Ugh. This book is like if you are making fun of Literary Literariness to your friend and you pretend to talk like Eustace Tilley but instead of being a hilarious four seconds between pals it is three hundred pages of taking-itself-deadly-serious fussy snooty tone-deaf malarkey. SHEESH. I was anticipating something informative & lyrical along the lines of Rats, but this was bonkers pretentious, thoroughly crippled by privilege, and horrifyingly self-indulgent to the point of bordering on satir Ugh. This book is like if you are making fun of Literary Literariness to your friend and you pretend to talk like Eustace Tilley but instead of being a hilarious four seconds between pals it is three hundred pages of taking-itself-deadly-serious fussy snooty tone-deaf malarkey. SHEESH. I was anticipating something informative & lyrical along the lines of Rats, but this was bonkers pretentious, thoroughly crippled by privilege, and horrifyingly self-indulgent to the point of bordering on satire. Not to mention the heavy peppering of little shitty misogynist one-offs. A real trashpile of a book.

  25. 4 out of 5

    Valerie

    I really couldn't make my way through this. I may have another go some day, but it's one of the things I keep putting off. For one thing, I've never really accepted the canonical notion of 'five senses'. I kept waiting for discussion of the other senses. Where are the discussions of (for example) the barometric sense? For that matter, what about people with sensitivity outside the norm in the 'standard' five senses? Whenever I see people on news shows saying they can't assess the damage in storms I really couldn't make my way through this. I may have another go some day, but it's one of the things I keep putting off. For one thing, I've never really accepted the canonical notion of 'five senses'. I kept waiting for discussion of the other senses. Where are the discussions of (for example) the barometric sense? For that matter, what about people with sensitivity outside the norm in the 'standard' five senses? Whenever I see people on news shows saying they can't assess the damage in storms until after sunrise, I respond "Why not?" I can see perfectly well even on cloudy nights, and I have all my other senses, as well. I can tell the difference between open and closed windows by the sound, I can tell when somebody's been outdoors in cold weather by the smell, I can tell whether a telvision is turned on (even with the sound turned down and from another room); and because of these and other sensory peculiarities, I always wonder why people assume that there's nobody who has senses outside the 'normal' range. It reminds me of my sister-in-law describing walking into a store with another of my brothers. Both of them flinched terribly at the very loud high-pitched sound in the store--but they weren't able to get anybody else to even hear it. I suppose there's a sort of intriguing interest in how other people perceive the world--but that's spoiled, in my opinion, by the assumption that it's the same for everybody. You DO have to explain what the common experience is--if it's not common to everybody. Riffing off what you assume is universal isn't much use--if you're speaking Greek to Sanskrit speakers.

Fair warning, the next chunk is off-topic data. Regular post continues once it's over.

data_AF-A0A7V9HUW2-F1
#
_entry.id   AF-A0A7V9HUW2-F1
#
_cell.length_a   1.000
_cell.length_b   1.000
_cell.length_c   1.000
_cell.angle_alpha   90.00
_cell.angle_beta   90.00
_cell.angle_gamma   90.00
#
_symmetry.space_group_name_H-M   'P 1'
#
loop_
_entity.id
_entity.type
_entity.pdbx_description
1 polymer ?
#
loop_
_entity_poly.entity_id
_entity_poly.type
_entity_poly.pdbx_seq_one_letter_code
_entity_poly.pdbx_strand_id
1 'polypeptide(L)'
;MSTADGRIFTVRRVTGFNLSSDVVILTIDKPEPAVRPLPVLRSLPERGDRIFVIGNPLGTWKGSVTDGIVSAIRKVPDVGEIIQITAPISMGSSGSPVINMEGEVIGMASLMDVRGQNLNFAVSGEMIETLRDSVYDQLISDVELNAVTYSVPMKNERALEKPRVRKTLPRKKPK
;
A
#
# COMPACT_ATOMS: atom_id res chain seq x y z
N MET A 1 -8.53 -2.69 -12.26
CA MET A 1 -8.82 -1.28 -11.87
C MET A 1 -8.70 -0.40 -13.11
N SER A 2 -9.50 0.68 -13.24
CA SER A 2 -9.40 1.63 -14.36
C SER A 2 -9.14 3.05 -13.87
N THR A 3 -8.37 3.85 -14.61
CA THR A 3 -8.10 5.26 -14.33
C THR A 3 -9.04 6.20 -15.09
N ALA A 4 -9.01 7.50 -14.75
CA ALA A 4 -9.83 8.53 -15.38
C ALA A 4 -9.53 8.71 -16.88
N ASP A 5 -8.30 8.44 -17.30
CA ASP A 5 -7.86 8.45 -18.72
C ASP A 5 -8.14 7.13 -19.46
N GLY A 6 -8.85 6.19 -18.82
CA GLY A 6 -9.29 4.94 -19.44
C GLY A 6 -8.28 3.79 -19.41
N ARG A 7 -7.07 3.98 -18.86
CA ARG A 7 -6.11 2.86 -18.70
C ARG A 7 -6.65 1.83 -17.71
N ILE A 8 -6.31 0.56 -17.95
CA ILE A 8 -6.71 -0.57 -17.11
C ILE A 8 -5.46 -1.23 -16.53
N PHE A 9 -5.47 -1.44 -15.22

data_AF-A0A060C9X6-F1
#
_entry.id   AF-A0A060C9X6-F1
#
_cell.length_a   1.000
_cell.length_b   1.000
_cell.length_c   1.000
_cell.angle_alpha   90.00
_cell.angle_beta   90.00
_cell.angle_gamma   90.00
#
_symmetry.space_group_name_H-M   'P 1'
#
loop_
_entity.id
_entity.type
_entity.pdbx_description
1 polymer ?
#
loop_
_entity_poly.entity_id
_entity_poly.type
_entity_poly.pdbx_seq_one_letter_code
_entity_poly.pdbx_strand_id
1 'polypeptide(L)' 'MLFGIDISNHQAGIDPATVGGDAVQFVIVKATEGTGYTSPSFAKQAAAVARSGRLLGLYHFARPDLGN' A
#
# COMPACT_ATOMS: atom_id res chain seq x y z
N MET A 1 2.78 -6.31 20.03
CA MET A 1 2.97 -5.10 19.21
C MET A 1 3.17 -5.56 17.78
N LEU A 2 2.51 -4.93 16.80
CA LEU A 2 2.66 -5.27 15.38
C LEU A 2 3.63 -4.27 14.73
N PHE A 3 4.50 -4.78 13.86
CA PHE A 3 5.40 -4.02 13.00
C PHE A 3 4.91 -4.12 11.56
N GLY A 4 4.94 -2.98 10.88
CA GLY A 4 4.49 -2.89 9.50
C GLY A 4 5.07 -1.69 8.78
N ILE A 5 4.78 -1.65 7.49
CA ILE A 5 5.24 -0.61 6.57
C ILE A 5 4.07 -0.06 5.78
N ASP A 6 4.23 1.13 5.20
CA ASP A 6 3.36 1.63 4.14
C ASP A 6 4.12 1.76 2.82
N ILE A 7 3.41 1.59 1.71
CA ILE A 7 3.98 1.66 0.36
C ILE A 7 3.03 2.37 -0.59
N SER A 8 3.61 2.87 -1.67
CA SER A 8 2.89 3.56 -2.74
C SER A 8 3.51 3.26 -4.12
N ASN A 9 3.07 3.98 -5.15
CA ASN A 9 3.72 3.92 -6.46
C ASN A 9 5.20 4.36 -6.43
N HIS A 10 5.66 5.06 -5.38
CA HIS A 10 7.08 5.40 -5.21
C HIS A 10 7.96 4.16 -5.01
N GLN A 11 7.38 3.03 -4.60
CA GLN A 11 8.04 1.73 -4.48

26. 5 out of 5

    Alicia

    AH-MAZING and mind-blowing and I need to read this about fifteen more times to suck as much information as I can out of it! This book is so well-researched and clearly defined, with just slight deviations (but somehow connected) to each of the chapters that I was just as blown away by the unfolding 'story' as with what she packed into 300-page scientific exploration. It was a more fully-involved experience than Bryson's At Home: A Short History of Private Life only in that his tangents were more AH-MAZING and mind-blowing and I need to read this about fifteen more times to suck as much information as I can out of it! This book is so well-researched and clearly defined, with just slight deviations (but somehow connected) to each of the chapters that I was just as blown away by the unfolding 'story' as with what she packed into 300-page scientific exploration. It was a more fully-involved experience than Bryson's At Home: A Short History of Private Life only in that his tangents were more winding whereas I can usually always see Ackerman's tangents logically leading to another point. The book is broken down into chapters about each individual sense. All have a sensual/sexual, very ethereal slant that was the majority of why I connected with her subheadings within each chapter, saw the progression between ideas, connections in her scientific analysis with her referencing other works and studies, and her willingness to explore. I have found myself referencing sections in conversations with others and know that I want to apply this knowledge in more than just cocktail conversations. I am just astounded by the topic AND the presentation. I think I need to own this.